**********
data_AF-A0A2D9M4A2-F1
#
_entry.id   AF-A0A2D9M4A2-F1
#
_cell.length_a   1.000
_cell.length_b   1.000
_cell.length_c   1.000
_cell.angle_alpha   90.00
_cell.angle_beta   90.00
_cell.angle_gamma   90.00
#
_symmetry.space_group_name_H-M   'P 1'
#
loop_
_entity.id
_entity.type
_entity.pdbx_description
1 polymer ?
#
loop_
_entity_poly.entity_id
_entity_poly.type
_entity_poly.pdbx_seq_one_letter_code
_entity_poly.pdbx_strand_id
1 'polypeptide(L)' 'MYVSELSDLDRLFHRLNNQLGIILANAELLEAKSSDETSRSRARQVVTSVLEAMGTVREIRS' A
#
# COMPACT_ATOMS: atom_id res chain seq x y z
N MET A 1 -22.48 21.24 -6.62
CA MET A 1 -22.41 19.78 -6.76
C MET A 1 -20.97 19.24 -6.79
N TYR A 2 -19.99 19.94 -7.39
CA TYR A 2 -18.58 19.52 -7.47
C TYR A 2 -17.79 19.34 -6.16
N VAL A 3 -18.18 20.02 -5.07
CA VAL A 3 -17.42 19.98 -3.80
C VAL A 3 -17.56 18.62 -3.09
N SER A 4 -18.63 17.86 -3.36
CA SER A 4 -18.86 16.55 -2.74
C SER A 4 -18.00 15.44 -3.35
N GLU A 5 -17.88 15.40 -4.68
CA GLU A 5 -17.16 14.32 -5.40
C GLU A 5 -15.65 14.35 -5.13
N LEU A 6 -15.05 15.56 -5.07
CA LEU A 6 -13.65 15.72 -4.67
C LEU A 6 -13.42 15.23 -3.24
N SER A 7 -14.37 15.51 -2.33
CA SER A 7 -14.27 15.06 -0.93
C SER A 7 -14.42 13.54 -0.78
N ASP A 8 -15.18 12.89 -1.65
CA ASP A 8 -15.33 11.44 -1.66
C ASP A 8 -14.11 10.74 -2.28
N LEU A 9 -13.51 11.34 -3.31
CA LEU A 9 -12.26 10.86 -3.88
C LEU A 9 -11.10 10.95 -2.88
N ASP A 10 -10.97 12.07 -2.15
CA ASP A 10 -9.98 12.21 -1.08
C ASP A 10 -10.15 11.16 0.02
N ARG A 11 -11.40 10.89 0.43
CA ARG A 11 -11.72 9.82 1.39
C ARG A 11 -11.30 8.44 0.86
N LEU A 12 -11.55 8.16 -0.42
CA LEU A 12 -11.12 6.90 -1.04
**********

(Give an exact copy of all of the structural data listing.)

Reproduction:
data_AF-A0A2D9M4A2-F1
#
_entry.id   AF-A0A2D9M4A2-F1
#
_cell.length_a   1.000
_cell.length_b   1.000
_cell.length_c   1.000
_cell.angle_alpha   90.00
_cell.angle_beta   90.00
_cell.angle_gamma   90.00
#
_symmetry.space_group_name_H-M   'P 1'
#
loop_
_entity.id
_entity.type
_entity.pdbx_description
1 polymer ?
#
loop_
_entity_poly.entity_id
_entity_poly.type
_entity_poly.pdbx_seq_one_letter_code
_entity_poly.pdbx_strand_id
1 'polypeptide(L)' 'MYVSELSDLDRLFHRLNNQLGIILANAELLEAKSSDETSRSRARQVVTSVLEAMGTVREIRS' A
#
# COMPACT_ATOMS: atom_id res chain seq x y z
N MET A 1 -22.48 21.24 -6.62
CA MET A 1 -22.41 19.78 -6.76
C MET A 1 -20.97 19.24 -6.79
N TYR A 2 -19.99 19.94 -7.39
CA TYR A 2 -18.58 19.52 -7.47
C TYR A 2 -17.79 19.34 -6.16
N VAL A 3 -18.18 20.02 -5.07
CA VAL A 3 -17.42 19.98 -3.80
C VAL A 3 -17.56 18.62 -3.09
N SER A 4 -18.63 17.86 -3.36
CA SER A 4 -18.86 16.55 -2.74
C SER A 4 -18.00 15.44 -3.35
N GLU A 5 -17.88 15.40 -4.68
CA GLU A 5 -17.16 14.32 -5.40
C GLU A 5 -15.65 14.35 -5.13
N LEU A 6 -15.05 15.56 -5.07
CA LEU A 6 -13.65 15.72 -4.67
C LEU A 6 -13.42 15.23 -3.24
N SER A 7 -14.37 15.51 -2.33
CA SER A 7 -14.27 15.06 -0.93
C SER A 7 -14.42 13.54 -0.78
N ASP A 8 -15.18 12.89 -1.65
CA ASP A 8 -15.33 11.44 -1.66
C ASP A 8 -14.11 10.74 -2.28
N LEU A 9 -13.51 11.34 -3.31
CA LEU A 9 -12.26 10.86 -3.88
C LEU A 9 -11.10 10.95 -2.88
N ASP A 10 -10.97 12.07 -2.15
CA ASP A 10 -9.98 12.21 -1.08
C ASP A 10 -10.15 11.16 0.02
N ARG A 11 -11.40 10.89 0.43
CA ARG A 11 -11.72 9.82 1.39
C ARG A 11 -11.30 8.44 0.86
N LEU A 12 -11.55 8.16 -0.42
CA LEU A 12 -11.12 6.90 -1.04